the recipe is formulated to work as an “only-food”. But it can also be combined with other foods.
      I can only tell you what I am doing at the time of your question, because I vary the way I feed my dog over time.
      What has not changed, however, is that I have always been using this recipe – for years now in some variations with tripe as well as different kinds of veggies and meats.
      These days I feed half&half. That means my girl gets half of her daily intake from my raw recipe and half of a good quality kibble.

      There is no standard recommendation for feeding amounts as this depends on the size of your dog, the amount of treats and other extras over the day, activity level and your feeding goals (weight loss, keep or gain weight). You will find more info on that on this page of the article https://www.bullterrierfun.com/low-starch-grain-free-raw-food-recipe-for-dogs/5/

      Also, the way you split the meals is very individual. Some people only feed once a day, others split the daily intake into several meals a day.
      I myself feed Mila four times a day. Last meal comes in the afternoon. The reason I am doing this is to structure her day. She knows her feeding times exactly and is “planning” her day around it. In between meals she finds time to rest or play. And over the course of the day there’s always something “to do” for her, even if it is just killing some time until the next meal is coming up.
      But no matter which way you decide to feed, my general recommendation is to stick to a relatively fixed schedule every day, if possible. Dogs work like clockwork and they will start to “demand” their food at specific times if you did the same thing three times in a row or so. They love fixed routines because it helps them organize their own lives in our human world.

      I feed Mila two times raw for the first meals an then the high quality kibble for the last two meals. I never mix raw and kibble because these two types of foods have very different digestion times. The reason I feed the kibble as the last meals is that it takes a lot longer to digest for the dog and therefore she hopefully feels full longer with the kibble until the next morning.

      “Bottom flat” was the description of the meat that I used at the time I posted this recipe. Or at least I thought so. However, when I tried to look up synonyms after receiving your question, I was not able to find this term anywhere on the internet. So, I changed my recommendation in the text now to just beef. Because that’s basically what I meant, some of the more affordable parts of the cow 🙂 because dogs don’t care if their meat is tenderloin or a more chewy version.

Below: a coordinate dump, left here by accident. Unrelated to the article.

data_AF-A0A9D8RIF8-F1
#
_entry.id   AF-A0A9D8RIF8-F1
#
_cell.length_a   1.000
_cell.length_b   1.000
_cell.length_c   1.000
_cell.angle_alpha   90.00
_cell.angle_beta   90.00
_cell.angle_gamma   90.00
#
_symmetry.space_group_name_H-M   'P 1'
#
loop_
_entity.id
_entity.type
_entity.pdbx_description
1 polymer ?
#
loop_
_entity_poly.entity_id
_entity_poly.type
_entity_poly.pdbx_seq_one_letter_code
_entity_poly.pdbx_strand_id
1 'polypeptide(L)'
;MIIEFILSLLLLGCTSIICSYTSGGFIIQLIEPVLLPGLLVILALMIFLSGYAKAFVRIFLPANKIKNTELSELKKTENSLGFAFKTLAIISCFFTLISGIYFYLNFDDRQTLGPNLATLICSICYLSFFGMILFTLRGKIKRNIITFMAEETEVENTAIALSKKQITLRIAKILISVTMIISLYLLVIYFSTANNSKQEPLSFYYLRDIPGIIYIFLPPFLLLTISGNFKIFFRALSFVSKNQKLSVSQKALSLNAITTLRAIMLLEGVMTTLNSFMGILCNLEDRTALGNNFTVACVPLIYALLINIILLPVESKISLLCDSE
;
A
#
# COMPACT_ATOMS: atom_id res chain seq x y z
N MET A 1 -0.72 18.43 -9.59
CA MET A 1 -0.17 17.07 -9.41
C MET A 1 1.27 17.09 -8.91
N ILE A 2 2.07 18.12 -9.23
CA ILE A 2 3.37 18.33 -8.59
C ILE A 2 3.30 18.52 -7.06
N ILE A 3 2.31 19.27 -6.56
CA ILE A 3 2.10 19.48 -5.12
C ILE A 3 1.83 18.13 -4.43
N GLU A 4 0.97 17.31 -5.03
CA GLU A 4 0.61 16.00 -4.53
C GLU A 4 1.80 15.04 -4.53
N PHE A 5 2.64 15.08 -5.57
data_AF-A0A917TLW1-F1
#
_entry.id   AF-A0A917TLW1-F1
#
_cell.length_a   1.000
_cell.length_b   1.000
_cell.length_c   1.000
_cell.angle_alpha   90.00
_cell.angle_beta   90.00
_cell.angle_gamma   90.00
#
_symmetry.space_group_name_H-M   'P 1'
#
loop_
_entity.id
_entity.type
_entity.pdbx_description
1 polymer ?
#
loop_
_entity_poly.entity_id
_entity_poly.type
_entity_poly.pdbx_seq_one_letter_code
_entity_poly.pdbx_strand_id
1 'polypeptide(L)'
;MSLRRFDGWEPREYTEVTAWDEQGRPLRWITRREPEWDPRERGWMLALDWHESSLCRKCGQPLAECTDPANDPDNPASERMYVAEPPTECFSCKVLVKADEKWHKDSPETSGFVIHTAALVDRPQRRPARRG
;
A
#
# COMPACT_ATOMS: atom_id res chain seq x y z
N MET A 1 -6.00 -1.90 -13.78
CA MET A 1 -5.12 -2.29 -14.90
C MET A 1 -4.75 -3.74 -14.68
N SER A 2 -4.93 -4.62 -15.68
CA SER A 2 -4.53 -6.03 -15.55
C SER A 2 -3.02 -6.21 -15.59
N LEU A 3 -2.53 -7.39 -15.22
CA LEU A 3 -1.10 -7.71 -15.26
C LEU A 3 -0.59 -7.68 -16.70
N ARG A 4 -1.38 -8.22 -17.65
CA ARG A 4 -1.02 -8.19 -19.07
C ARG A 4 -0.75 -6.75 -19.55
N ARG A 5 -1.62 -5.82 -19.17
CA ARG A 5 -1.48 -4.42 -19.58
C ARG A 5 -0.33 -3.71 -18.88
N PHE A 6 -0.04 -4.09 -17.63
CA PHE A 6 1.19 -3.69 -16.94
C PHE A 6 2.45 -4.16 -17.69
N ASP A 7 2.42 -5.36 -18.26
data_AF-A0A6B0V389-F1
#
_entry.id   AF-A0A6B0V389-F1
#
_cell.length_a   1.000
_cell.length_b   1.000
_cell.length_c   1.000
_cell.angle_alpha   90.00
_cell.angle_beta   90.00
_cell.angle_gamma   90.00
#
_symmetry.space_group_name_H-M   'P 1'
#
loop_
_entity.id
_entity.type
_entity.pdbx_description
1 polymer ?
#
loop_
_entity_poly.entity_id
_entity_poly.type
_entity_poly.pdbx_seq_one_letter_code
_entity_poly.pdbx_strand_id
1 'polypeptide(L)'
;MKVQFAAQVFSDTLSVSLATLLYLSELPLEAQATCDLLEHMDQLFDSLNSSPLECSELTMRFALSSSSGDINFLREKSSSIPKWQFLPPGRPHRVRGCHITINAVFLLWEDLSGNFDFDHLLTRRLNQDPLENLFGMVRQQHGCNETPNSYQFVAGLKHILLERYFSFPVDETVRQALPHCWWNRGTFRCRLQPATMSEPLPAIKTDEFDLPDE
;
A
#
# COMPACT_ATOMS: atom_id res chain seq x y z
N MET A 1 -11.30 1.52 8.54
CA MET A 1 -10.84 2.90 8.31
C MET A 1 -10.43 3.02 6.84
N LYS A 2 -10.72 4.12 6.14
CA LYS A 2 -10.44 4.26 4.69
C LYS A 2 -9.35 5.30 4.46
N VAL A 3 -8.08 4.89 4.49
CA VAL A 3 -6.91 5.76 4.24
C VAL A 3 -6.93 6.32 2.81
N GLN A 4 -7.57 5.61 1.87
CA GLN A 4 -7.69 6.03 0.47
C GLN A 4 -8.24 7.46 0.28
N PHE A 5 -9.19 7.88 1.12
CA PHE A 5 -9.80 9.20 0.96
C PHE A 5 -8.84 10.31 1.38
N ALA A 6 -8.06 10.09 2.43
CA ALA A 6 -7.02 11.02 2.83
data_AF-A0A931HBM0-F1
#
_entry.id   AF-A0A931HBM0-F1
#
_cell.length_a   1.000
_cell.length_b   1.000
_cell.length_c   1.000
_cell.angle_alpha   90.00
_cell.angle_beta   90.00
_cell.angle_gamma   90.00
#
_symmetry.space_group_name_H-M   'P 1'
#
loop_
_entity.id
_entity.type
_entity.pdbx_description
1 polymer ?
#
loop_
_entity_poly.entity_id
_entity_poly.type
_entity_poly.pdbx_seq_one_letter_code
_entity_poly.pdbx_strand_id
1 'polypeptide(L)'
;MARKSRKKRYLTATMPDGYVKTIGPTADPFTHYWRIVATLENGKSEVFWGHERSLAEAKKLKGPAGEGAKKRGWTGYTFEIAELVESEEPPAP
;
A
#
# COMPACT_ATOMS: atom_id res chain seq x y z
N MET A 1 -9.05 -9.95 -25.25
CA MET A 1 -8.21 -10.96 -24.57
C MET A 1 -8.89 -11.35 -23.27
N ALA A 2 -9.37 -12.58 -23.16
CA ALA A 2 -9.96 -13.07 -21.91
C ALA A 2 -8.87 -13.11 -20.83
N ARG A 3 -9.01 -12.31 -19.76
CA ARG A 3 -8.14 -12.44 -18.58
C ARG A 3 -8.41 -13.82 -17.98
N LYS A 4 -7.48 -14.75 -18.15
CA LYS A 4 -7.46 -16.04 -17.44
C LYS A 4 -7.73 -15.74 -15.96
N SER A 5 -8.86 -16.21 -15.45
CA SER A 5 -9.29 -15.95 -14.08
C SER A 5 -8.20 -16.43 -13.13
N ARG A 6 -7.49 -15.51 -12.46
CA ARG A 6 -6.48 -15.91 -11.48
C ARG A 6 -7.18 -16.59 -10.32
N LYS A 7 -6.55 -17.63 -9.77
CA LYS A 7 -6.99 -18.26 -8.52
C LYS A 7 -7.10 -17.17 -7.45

• I am not a great example because at the moment I feed my dog FOUR times a day. Of course, it’s the correct amount of calories divided by four. My dog is not as big as a bear. 🙂 She has a normal appetite. So she gets four small servings.

      How often you feed your dog every day really depends on different factors. There’s no rule of thumb for that. Some only feed once, others twice…

      I split her daily calories into four meals because it helps me and my dog to structure her day. And as I am working from home, I am around to meet her feeding schedule.
      By feeding her four times there’s something happening for her every few hours. She can nap in between because her inner clock will tell her when it’s time for the next meal. At the moment the first two servings of the day are raw, the second two are good quality kibble. Part of the kibble I use for a hide and seek game for her diversion.
      So, the feeding schedule and how the food is given does not only nourish her but also gives some form of structure and on the other hand is entertainment for my dog.

      I don’t know if any of this is applicable to your own situation. I am just answering your question.
      You can split the daily amount of this recipe or feed it all at once, there’s no rule regarding digestion or so. In general fresh food is digested faster than kibble, if that information helps in any way.